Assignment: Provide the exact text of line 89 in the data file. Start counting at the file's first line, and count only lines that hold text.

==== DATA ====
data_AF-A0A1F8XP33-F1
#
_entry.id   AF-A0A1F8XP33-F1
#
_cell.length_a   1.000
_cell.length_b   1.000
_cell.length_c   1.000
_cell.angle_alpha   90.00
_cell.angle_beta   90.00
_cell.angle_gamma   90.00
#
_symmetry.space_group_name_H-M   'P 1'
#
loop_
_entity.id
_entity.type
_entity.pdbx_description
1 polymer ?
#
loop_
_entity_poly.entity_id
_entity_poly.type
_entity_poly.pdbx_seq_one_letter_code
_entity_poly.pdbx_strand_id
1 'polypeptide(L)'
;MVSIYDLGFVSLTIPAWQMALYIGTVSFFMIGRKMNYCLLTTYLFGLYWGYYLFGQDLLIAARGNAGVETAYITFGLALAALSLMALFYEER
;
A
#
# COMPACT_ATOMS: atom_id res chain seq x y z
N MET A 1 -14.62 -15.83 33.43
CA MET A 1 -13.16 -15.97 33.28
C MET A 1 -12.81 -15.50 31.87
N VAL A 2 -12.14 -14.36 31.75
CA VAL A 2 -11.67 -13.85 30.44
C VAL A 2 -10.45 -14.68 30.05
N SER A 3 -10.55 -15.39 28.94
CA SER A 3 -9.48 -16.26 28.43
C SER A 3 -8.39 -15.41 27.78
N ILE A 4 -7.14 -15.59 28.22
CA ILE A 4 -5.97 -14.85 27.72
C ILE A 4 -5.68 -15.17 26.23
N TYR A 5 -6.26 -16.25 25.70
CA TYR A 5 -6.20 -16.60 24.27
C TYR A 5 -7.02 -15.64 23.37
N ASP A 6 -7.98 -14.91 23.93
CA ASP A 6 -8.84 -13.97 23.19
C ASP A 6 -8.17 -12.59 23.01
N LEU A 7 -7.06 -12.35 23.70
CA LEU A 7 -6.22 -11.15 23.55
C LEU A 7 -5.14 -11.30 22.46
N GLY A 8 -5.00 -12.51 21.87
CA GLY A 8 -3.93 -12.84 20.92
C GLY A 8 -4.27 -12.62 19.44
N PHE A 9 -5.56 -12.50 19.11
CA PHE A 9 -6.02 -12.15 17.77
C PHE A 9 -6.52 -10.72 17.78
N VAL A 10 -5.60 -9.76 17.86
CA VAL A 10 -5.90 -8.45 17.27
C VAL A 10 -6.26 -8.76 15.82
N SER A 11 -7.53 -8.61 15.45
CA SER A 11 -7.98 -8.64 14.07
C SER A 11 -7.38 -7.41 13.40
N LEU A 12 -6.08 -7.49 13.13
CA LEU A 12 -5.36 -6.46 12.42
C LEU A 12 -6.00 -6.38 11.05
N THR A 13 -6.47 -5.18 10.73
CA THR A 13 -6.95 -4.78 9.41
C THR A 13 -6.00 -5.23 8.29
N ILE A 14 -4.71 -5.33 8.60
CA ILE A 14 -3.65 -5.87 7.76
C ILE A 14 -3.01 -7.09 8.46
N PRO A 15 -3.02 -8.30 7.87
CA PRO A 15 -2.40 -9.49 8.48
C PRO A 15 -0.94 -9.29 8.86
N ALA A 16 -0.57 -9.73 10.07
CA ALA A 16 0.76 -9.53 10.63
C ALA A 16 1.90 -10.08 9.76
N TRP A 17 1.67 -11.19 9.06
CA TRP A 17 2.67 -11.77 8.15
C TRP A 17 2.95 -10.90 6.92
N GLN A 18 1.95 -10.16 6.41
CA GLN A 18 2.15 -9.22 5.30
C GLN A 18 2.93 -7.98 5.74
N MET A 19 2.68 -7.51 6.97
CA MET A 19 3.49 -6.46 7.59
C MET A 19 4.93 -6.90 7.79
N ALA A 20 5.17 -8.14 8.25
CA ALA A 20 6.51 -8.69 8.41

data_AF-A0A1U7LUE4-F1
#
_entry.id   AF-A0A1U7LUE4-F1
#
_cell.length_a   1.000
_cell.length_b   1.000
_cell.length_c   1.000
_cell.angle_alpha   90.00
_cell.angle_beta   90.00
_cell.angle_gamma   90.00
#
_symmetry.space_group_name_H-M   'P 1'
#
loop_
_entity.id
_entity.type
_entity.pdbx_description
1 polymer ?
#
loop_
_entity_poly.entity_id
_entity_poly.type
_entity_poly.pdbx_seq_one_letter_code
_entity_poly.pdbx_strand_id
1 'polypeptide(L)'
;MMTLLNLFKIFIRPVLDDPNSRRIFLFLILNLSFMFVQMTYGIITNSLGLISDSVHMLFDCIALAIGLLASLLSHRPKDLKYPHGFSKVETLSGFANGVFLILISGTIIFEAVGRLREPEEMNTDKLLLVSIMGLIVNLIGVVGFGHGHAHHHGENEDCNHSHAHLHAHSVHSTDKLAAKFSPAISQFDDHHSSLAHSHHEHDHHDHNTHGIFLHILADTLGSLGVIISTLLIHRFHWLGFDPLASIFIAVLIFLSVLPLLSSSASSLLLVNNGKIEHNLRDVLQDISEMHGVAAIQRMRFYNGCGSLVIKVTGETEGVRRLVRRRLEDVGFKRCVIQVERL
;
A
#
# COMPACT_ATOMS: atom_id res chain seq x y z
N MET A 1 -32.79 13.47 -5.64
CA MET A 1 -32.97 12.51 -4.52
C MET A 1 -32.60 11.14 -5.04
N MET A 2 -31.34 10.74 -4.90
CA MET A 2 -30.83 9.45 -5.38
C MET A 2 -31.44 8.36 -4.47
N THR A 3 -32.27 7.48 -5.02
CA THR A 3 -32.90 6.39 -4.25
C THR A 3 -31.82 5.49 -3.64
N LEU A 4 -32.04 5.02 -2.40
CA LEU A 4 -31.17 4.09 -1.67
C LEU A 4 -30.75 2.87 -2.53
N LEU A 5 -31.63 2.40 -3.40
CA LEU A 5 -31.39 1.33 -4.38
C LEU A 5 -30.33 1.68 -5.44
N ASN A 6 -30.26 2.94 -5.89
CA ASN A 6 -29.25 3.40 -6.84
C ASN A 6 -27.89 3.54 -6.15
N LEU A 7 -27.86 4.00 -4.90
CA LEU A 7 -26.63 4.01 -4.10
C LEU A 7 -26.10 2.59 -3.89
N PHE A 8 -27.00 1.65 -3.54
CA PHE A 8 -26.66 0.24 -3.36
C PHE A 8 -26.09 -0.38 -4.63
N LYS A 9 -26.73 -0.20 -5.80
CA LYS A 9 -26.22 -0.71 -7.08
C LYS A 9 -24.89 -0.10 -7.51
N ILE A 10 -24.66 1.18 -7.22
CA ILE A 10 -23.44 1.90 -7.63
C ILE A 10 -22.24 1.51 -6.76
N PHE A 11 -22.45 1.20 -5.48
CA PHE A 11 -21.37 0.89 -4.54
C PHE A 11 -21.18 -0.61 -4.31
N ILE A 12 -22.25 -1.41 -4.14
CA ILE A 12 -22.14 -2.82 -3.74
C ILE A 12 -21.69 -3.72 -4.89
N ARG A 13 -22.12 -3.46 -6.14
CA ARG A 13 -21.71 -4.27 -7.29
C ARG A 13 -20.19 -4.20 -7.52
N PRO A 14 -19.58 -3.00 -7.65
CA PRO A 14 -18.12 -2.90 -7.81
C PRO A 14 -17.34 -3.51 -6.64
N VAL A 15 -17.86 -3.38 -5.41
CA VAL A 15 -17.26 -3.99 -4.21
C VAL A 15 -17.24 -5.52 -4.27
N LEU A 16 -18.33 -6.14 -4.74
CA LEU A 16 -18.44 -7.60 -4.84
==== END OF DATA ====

CA ALA A 20 6.51 -8.69 8.41